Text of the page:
Today, I'll answer some more: 

At times, Jordan Matthews will still be in the slot this season. But he won't be there all the time. 

In Doug Pederson's offense, the receivers will move around quite a bit, which means we'll see Matthews lining up out wide on both sides and in the slot. He has the ability to do both. Either way, he's going to be on the field. He's clearly the Eagles' best receiver and they're not going to take him off the field. 

I think there's a good chance we'll see some Josh Huff in the slot this year, which would make a ton of sense to me. Huff is at his best when he gets the ball in his hands and can make something happen. He's shifty enough to play in the middle. 

The idea that slot receivers are just small, shifty guys is outdated. It's all about matchups and Pederson won't be afraid to move his receivers around to find the best ones. 

Good question. I'll give you two names. One on offense and one on defense. 

Now, I didn't just pick the best players, I picked the best players with the biggest drop off to their backups. So on offense, it's Jason Peters and on defense it's Jordan Hicks. 

The scary thing: it wouldn't be shocking if either of these two go down in 2016. 

If Peters goes down, the Eagles will be fine at left tackle, because Lane Johnson will shift over. But that means either Dennis Kelly or Halapoulivaati Vaitai will come in. We all know what's happened in the past when Kelly comes in, and Vaitai is just a rookie. Not a ton of great depth at tackle. 

As for Hicks, we saw what happened to the defense when he went out last season. And this year, the team has virtually no depth at linebacker. If Hicks went down, either veteran special teams player Najee Goode or rookie Joe Walker would need to fill in. Yikes. 

I understand it's kind of a cop-out to just pick the top running back on the depth chart, but that's what I'm doing. I know Ryan Mathews has a lengthy injury history, but I can't see Darren Sproles, Wendell Smallwood or Kenjon Barner being the team's leading rusher. 

And when healthy, Mathews was the team's best running back in 2015, going for 539 yards on 106 carries, an average of 5.1 yards per attempt. If he manages to play 12 games this year, I think he'll be the team's leading rusher. 

Today's Lineup: Tommy Joseph, Andres Blanco in to help avoid sweep vs. Cubs

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Today's Lineup: Tommy Joseph, Andres Blanco in to help avoid sweep vs. Cubs

Seeking to avoid being swept for the first time since their opening series in Cincinnati, the Phillies on Sunday afternoon will ask Tommy Joseph to provide a much needed spark.

Joseph, 24, sat out Saturday's 4-1 loss to the MLB-best Cubs with Chicago trotting out right-handed pitcher Kyle Hendricks, who crafted a five-hit, one-run complete game masterpiece.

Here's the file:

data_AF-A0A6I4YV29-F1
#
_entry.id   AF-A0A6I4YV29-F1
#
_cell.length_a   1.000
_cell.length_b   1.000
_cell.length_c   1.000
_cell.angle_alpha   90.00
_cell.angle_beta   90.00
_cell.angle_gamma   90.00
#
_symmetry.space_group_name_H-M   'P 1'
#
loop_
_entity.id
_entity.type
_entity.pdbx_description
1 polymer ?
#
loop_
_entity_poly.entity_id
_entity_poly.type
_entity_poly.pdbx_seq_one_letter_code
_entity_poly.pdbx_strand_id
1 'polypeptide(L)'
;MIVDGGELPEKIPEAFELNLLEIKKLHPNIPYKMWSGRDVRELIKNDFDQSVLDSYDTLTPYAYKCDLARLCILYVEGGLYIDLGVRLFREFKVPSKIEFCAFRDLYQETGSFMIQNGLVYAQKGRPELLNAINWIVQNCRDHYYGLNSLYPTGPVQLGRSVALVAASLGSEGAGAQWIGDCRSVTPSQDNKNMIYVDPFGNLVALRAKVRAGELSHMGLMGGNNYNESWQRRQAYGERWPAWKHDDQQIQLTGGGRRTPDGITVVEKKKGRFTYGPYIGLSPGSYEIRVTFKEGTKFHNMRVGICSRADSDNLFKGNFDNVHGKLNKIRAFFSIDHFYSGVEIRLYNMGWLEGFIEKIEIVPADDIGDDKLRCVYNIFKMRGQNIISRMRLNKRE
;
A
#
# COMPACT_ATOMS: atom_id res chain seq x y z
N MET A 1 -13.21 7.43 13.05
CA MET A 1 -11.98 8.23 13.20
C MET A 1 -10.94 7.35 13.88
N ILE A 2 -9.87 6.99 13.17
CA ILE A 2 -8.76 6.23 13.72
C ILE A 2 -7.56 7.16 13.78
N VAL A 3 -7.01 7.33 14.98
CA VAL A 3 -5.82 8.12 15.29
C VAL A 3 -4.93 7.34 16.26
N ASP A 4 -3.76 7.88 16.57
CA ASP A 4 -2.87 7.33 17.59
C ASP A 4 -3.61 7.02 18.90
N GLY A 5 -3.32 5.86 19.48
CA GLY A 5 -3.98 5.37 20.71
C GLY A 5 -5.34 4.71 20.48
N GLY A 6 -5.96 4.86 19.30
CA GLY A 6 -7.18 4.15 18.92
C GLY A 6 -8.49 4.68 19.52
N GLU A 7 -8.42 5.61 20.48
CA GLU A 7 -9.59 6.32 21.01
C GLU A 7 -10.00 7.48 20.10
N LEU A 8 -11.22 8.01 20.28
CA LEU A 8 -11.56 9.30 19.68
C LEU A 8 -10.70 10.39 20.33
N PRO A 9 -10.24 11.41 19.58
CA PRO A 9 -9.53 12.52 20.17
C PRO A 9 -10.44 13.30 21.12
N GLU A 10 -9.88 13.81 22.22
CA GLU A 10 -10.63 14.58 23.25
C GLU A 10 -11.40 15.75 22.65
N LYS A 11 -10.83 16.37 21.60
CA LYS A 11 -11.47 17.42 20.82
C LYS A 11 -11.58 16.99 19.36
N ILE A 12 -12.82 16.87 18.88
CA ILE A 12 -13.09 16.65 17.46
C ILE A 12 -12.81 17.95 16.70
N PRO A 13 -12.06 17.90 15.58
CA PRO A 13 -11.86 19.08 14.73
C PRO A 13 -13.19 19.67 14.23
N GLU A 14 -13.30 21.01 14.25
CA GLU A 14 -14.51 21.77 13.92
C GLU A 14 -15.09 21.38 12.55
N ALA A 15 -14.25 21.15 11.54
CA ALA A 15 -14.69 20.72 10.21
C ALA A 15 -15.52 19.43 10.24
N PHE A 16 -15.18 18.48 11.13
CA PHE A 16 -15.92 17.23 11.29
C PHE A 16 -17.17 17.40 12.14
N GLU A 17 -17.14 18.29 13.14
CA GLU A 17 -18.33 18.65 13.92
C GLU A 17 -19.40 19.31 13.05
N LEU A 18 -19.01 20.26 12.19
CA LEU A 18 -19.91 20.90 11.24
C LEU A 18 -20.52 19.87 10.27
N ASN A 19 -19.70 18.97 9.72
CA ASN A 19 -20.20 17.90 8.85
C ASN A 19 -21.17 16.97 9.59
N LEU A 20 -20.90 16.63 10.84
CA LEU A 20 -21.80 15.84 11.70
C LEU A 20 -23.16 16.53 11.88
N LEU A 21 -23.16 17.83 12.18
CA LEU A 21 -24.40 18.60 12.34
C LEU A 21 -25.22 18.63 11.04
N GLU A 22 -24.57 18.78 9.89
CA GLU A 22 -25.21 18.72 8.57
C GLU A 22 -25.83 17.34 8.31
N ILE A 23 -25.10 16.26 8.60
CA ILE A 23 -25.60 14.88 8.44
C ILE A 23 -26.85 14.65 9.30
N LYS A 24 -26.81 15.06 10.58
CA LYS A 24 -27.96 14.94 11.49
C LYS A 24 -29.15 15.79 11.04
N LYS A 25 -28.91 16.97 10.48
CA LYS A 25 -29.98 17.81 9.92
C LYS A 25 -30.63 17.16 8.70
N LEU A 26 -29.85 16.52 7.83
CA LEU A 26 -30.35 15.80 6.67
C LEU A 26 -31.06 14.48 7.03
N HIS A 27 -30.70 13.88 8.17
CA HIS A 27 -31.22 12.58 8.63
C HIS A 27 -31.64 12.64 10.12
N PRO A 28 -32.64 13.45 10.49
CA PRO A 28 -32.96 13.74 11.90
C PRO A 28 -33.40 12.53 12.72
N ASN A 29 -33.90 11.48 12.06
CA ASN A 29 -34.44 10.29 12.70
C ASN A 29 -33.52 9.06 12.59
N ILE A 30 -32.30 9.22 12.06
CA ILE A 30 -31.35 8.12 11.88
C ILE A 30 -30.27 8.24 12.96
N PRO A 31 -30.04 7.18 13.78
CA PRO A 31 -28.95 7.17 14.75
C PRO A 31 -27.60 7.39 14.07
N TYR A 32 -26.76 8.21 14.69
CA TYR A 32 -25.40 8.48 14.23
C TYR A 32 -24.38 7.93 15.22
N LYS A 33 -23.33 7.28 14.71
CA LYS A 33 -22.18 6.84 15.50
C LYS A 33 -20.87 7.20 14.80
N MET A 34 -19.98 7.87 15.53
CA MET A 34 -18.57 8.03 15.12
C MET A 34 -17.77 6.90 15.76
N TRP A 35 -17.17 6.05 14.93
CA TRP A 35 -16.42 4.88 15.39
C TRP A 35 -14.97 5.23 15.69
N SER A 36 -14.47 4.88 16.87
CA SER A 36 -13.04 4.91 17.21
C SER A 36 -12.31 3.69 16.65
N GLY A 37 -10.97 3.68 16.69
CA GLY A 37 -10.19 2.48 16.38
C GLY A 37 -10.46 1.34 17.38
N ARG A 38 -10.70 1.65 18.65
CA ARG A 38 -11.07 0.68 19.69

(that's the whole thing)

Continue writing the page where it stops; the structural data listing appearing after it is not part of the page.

It will be Joseph's fifth game against a righty this week, as manager Pete Mackanin's platoon at first base with Ryan Howard seemingly is coming to an end. Joseph will bat fifth.

With the Phillies averaging 3.22 runs per game, second-worst in baseball, and owning a run differential of minus-38, playing Joseph more is one of a few moves Mackanin can make.

Take into account Howard's average dipped to .154 after an 0 for 4, two-strikeout game Saturday, the decision to give Joseph more at-bats makes sense. It has for a while now.

Plus, Joseph has enjoyed success during his time up with the Phillies. The first baseman is hitting .290 with two home runs and four RBIs. He is, however, hitting just .211 with seven of his 10 strikeouts in 19 at-bats against righties. He'll face a good one in John Lackey (4-2, 3.32) on Sunday.

Mackanin has also decided to start Andres Blanco at second base against Chicago, which has proved to be too much for the Phils through the first two games. Blanco, 32, will bat third against Lackey, who he has never faced in his career. The utility man is hitting .281 with one long ball and eight RBIs in 35 games this season.

In other lineup news, the Cubs will start Villanova product Matt Szczur in left field in the series finale, giving Jorge Soler the day off. During his junior baseball season at 'Nova in 2010, Szczur took time off to donate bone marrow that helped saved a young girl in Ukraine. (Read more on Szczur here from CSNPhilly.com's Jim Salisbury.) Szczur is hitting .375 with two homers and 12 RBIs in 40 at-bats this season with Chicago.

Here are today's full lineups:

Phillies
1. Odubel Herrera, CF
2. Freddy Galvis, SS
3. Andres Blanco, 2B
4. Maikel Franco, 3B
5. Tommy Joseph, 1B
6. Cameron Rupp, C
7. Tyler Goeddel, LF
8. Vince Velasquez, P
9. Peter Bourjos, RF

Cubs
1. Dexter Fowler, CF
2. Jayson Heyward, RF
3. Kris Bryant, 3B
4. Anthony Rizzo, 1B
5. Ben Zobrist, 2B
6. Miguel Montero, C
7. Addison Russell, SS
8. Matt Szczur, LF
9. John Lackey, P

For more on today's game, read Steven Tyding's game notes.